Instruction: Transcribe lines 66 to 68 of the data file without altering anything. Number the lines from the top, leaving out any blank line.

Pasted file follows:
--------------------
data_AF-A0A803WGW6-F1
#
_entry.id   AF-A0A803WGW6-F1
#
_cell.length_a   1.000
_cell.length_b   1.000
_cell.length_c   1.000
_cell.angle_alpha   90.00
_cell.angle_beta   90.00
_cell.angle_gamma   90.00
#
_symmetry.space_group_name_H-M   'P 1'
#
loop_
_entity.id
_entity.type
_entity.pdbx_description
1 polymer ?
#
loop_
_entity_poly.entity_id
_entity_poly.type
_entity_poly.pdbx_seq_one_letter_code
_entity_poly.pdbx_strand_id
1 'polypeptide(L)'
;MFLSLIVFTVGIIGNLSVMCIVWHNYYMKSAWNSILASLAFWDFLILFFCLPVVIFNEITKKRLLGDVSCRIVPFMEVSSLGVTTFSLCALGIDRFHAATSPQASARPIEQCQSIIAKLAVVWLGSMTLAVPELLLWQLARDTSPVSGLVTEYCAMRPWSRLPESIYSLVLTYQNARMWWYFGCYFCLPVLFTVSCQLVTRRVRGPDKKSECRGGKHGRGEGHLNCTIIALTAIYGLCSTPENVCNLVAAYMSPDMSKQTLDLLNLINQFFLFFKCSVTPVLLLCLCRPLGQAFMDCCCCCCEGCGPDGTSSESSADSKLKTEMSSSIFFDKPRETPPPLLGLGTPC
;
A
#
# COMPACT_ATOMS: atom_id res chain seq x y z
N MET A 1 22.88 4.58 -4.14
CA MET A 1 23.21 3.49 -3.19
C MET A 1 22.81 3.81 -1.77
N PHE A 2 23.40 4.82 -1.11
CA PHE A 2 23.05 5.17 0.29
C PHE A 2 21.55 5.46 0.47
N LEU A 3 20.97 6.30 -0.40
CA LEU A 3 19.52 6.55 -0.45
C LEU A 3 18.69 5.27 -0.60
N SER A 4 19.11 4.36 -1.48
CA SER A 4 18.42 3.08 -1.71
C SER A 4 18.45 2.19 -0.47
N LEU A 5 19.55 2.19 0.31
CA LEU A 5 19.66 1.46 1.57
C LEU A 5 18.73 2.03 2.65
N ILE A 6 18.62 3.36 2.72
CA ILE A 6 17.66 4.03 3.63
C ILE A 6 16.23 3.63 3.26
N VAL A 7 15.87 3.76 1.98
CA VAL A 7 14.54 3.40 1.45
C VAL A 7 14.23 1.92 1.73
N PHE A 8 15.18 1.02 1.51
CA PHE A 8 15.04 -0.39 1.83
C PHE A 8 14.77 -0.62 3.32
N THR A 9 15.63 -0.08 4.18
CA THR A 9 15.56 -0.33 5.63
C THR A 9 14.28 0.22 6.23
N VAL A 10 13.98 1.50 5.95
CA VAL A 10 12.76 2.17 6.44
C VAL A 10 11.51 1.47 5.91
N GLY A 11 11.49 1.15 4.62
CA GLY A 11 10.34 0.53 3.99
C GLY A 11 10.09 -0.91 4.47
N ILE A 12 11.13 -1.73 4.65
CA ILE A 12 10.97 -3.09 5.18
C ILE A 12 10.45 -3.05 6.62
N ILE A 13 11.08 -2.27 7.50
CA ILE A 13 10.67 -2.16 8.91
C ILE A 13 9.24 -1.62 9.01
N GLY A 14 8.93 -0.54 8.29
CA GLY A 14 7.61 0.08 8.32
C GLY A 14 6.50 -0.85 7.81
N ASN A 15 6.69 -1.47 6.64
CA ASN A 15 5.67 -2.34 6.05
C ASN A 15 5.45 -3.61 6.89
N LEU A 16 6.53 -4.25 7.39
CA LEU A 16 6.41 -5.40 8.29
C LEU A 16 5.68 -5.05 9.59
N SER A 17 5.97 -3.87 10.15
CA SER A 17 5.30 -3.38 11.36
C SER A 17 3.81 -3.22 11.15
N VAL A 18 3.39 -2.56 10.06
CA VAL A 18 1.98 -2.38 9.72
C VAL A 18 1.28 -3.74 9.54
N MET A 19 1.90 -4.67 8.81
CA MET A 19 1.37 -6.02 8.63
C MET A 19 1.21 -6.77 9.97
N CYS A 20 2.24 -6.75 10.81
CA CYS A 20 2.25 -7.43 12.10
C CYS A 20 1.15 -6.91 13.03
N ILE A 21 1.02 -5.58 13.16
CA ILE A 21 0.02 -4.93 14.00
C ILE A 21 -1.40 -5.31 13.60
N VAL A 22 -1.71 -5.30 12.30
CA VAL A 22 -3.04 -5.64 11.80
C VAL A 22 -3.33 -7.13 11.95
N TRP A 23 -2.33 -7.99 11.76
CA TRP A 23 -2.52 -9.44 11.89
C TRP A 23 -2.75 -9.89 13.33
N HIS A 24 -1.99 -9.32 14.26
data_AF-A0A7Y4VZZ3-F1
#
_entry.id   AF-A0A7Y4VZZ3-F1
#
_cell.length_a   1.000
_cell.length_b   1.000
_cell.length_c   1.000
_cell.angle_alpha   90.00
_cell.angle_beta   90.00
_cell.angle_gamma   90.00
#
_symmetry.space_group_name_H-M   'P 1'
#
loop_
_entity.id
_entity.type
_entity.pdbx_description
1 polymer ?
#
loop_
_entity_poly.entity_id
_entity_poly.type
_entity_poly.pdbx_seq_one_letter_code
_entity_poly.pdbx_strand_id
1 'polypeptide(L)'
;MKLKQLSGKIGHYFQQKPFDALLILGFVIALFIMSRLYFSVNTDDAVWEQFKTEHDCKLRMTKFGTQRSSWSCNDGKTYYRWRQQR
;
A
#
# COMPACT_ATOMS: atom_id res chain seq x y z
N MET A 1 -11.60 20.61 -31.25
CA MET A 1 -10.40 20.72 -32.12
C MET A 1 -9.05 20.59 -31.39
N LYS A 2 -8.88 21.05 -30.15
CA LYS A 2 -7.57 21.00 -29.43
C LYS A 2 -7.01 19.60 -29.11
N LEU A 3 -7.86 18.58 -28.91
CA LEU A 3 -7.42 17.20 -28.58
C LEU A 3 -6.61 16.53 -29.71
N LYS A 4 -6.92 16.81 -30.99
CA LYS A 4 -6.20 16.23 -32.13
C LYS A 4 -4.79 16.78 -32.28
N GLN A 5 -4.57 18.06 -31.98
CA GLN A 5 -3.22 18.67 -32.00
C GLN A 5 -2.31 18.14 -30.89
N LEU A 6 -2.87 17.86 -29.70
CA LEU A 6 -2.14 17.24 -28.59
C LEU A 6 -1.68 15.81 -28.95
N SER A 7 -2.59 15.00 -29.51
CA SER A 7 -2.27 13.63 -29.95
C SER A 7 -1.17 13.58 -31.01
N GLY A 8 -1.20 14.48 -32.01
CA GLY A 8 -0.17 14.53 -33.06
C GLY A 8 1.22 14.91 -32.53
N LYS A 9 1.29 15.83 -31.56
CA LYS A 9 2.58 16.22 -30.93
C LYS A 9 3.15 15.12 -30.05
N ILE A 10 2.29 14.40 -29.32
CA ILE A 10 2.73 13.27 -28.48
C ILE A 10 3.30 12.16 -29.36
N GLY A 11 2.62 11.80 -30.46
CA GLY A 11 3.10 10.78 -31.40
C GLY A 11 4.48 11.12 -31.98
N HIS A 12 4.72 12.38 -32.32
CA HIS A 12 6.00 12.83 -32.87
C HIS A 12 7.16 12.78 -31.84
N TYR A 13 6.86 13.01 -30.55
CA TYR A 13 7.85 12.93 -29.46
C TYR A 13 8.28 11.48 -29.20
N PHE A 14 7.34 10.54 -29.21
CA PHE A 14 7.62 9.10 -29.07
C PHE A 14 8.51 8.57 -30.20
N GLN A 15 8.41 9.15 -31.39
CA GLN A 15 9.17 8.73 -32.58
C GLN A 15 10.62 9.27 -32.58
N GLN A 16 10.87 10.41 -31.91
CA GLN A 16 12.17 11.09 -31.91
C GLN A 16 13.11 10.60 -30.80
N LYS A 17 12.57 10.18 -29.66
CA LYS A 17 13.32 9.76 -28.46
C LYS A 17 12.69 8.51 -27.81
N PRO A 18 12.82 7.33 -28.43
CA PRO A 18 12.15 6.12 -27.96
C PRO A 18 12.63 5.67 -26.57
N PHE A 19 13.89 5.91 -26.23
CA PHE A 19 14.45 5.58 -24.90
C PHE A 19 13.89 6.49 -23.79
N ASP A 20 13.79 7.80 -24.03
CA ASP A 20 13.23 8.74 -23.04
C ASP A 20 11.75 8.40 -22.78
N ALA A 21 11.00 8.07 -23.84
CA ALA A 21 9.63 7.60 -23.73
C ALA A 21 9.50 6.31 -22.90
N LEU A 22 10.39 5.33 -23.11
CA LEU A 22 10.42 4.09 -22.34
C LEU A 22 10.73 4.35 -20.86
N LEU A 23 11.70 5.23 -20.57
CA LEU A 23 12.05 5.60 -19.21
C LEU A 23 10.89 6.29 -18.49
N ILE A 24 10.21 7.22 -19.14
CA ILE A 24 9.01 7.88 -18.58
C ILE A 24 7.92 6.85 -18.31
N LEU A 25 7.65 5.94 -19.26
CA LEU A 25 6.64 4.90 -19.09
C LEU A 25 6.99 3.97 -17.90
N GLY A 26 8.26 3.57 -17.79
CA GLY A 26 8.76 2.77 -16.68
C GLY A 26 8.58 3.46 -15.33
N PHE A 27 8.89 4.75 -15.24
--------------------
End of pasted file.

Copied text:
C ILE A 12 10.45 -3.05 6.62
N ILE A 13 11.08 -2.27 7.50
CA ILE A 13 10.67 -2.16 8.91